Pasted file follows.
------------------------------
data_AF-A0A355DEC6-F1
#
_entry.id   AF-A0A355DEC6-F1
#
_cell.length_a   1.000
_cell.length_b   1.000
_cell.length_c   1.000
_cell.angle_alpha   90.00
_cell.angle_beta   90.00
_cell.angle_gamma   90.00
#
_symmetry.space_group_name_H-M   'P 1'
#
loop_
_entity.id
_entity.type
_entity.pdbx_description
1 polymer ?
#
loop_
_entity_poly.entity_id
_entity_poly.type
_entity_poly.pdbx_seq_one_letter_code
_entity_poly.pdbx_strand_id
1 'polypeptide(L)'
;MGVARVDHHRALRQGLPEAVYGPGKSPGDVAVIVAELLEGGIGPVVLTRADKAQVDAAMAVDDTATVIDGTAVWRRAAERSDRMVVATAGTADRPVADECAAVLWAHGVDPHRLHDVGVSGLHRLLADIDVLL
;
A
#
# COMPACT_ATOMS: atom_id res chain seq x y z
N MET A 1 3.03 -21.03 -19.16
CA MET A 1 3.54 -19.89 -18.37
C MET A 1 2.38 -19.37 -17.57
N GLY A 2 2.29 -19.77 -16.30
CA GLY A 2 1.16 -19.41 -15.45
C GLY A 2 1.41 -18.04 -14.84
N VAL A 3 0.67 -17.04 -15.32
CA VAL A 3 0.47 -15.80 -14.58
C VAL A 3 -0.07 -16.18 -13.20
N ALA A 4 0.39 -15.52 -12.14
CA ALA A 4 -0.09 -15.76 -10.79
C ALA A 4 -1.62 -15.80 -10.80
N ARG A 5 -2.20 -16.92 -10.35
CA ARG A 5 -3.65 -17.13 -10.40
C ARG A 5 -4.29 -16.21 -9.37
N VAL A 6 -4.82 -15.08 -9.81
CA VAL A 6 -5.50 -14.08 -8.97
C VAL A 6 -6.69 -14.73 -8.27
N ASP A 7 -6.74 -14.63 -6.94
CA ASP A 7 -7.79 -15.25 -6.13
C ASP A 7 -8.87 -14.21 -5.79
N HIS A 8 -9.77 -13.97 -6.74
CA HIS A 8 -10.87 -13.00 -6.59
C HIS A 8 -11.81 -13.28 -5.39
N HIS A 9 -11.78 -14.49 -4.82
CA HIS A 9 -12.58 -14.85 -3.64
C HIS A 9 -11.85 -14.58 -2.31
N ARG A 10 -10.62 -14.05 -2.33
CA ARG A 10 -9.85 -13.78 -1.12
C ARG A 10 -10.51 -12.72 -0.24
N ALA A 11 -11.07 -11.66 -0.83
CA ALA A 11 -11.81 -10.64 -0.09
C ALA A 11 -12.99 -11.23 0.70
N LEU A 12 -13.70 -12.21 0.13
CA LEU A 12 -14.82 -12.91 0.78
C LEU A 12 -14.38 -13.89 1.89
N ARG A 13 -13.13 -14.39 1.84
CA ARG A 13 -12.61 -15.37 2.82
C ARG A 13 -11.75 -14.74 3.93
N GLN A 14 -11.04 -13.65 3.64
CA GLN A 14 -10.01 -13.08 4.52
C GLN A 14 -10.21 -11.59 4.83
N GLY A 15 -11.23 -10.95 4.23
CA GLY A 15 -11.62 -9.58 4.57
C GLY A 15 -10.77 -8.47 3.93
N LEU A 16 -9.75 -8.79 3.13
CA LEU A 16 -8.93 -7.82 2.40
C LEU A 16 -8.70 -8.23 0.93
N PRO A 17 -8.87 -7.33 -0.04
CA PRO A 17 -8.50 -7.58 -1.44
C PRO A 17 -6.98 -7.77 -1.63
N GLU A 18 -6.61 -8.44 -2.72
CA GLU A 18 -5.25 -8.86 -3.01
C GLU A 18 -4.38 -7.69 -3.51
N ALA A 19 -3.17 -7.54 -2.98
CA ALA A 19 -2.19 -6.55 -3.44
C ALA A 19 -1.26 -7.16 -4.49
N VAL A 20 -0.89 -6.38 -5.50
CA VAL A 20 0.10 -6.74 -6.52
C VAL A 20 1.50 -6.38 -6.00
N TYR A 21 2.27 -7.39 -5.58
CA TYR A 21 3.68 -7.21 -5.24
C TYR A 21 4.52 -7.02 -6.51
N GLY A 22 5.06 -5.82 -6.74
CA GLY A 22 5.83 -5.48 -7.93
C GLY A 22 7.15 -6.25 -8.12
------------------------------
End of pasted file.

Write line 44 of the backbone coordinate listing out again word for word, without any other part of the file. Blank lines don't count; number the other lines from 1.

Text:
CA ARG A 5 -3.65 -17.13 -10.40